Congratulations to the San Pedro Skate Association for its role in creating the very first skate park in our community a decade ago. The Channel Street Skatepark has become a treasured asset for skateboarders in San Pedro, and is used by hundreds of skaters every week.
California is the birthplace of skateboarding. The sport began to receive worldwide attention in the late 1970s, when a group of skateboarders from Venice, known as the Z-Boys, began using empty swimming pools to practice new tricks and hold competitions. The pools – many emptied due to a severe drought – were almost always on private property, and the skateboarders usually did not have the permission of the property owner to use them. Skateboarders also used other existing infrastructure – plazas, planters, stairs, ramps and railings, on both private and public property.
In a city severely lacking adequate park and recreation space, it’s not surprising that youth began to look at the endless miles of concrete and urban sprawl as their own private playground.
The lack of dedicated facilities for this quickly growing sport led to an often-contentious relationship between property owners, police and skateboarders, contributing to the sport’s reputation as an underground counter-culture activity.
However, as skateboarding grew in popularity and became more mainstream, policy makers and elected officials began to recognize the need for dedicated skateparks, to allow skateboarders a controlled environment to engage in the sport, without trespassing on private property. This also allowed for the implementation of rules to reduce the risks involved in the sport, such as requiring the use of helmets and protective pads as a condition for using the parks.
Next summer, we will be opening a brand new skate park at Peck Park in San Pedro, and my office is working on building a new skate park in Watts. Today, skateboarding is unquestionably a mainstream, legitimate sport and, as a former Senior Lead Officer at LAPD, I would much rather kids be honing their skills at the skate park, as opposed to vandalizing property with graffiti, breaking into cars or experimenting with drugs and alcohol.
Skateparks facilitate the art of maneuvering a board in one fashion, but as many of us are aware, some skaters use their boards in other fashions – including riding them down steep and hilly streets; a newer specialty of the sport, known as downhill skating, or “bombing.”
While I respect the fact that being able to maneuver a skateboard at speeds in excess of 40-mph, takes lots of skill, talent and guts, running red lights, stop signs and mixing it all with moving vehicles is a recipe for disaster.
This is why I have been so vocal about putting an end to it.
My actions enacting an ordinance banning reckless skateboard bombing does not mean that I do not recognize the fact that many of our young skaters have a need and desire to participate in this sport, which is growing in popularity. In fact, there is a worldwide sanctioning body – the International Gravity Sports Association – that has established rules and guidelines, and arranges competitions all around the world.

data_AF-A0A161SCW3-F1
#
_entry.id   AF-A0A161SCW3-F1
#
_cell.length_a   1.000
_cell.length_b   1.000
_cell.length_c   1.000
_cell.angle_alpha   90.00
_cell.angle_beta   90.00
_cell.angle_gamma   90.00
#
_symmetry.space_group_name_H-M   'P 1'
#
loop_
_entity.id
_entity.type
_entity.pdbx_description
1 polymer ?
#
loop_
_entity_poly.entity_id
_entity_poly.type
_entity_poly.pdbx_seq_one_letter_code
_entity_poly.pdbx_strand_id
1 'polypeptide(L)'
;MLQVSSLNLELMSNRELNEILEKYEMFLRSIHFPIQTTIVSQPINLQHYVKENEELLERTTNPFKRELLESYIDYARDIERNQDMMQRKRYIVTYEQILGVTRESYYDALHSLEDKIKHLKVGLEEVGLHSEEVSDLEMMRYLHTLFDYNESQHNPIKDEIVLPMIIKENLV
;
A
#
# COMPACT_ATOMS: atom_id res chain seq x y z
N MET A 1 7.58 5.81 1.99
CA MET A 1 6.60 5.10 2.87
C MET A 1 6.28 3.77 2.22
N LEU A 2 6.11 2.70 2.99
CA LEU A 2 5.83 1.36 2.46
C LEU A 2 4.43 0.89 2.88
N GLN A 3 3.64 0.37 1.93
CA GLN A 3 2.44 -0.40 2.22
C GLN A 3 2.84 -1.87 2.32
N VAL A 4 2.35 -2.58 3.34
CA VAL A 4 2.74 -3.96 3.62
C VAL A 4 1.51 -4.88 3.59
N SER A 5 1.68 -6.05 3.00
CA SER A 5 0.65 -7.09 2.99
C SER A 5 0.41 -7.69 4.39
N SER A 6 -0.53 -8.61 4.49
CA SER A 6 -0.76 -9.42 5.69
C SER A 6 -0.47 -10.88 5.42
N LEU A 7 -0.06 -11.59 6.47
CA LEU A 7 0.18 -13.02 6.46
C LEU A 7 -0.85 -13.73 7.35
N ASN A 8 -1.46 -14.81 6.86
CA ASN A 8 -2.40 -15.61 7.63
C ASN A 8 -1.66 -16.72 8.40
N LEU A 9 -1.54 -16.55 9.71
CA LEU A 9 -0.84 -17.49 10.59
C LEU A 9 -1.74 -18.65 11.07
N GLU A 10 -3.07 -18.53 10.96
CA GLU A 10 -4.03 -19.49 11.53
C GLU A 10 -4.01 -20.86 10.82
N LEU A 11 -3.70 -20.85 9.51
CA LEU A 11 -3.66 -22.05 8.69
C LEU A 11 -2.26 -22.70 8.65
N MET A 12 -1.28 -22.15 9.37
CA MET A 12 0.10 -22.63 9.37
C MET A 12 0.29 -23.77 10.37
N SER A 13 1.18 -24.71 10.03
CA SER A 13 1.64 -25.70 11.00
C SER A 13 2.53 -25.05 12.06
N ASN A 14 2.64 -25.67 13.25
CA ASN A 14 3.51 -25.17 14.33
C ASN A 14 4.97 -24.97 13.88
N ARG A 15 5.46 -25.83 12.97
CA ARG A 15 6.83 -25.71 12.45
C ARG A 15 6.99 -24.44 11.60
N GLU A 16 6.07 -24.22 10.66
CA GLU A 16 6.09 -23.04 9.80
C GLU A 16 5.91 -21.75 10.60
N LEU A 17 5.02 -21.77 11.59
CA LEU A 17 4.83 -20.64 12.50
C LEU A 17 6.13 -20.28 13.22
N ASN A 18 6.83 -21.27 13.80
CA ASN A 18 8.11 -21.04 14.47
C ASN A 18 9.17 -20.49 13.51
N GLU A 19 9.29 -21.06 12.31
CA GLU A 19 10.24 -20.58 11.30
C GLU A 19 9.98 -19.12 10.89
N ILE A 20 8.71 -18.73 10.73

As your elected representative in the City of Los Angeles, I constantly strive to represent everyone in our district and everyone in our community. Recently, I was presented with an opportunity to give back to the young boys and girls who feel I have taken something away from them, and there is no way I can pass it up.
A group who wishes to hold a downhill skateboarding competition in San Pedro this spring has approached my office, and I am proud to support their efforts. The event would close Gaffey St. from the lookout point down to Paseo Del Mar, creating a temporary closed-course for all skaters to enjoy, while providing safety and emergency resources to create the safest and most fun environment.
I understand that there will be a few members of the community who will argue that sanctioning this event sends mixed messages. However, I have consistently stated that I am not against skateboarding, I am against reckless skateboarding.
By providing downhill skateboarders a closed course, where they will not be sharing the road with automobile traffic, requiring liability waivers, and implementing safety precautions like requiring protective gear, lining the street with hay bales, and having first aid standing by on-site, we hope to reduce most of the potential risks.
I don’t believe holding this special event encourages reckless skateboarding any more than the Long Beach Grand Prix encourages reckless driving. In fact, it provides a unique opportunity to reach out to young skateboarders, and educate them on the new ordinance, as well as the importance of wearing helmets and protective gear.
Creating smart public policy is often about striking an appropriate balance between two important, but contradicting positions. In this case, it’s about finding the balance between ensuring public safety and protecting personal liberty. I believe my skateboarding safety ordinance did that by requiring that skateboarders obey the same rules of the road as motorists and bicyclists follow, without banning them on public streets altogether, as many had advocated for. Similarly, I believe this downhill skateboarding event strikes that same balance.
As a parent, I understand the desire to protect kids from any activity that could bring them bodily harm. But, we have to recognize that we can never make this world as safe for them as we would like, and that government can never replace the role of parents, nor should it attempt to. The best we can do is to reduce and minimize risk, and hope that by providing necessary education and safer alternatives, kids will make smarter decisions on their own.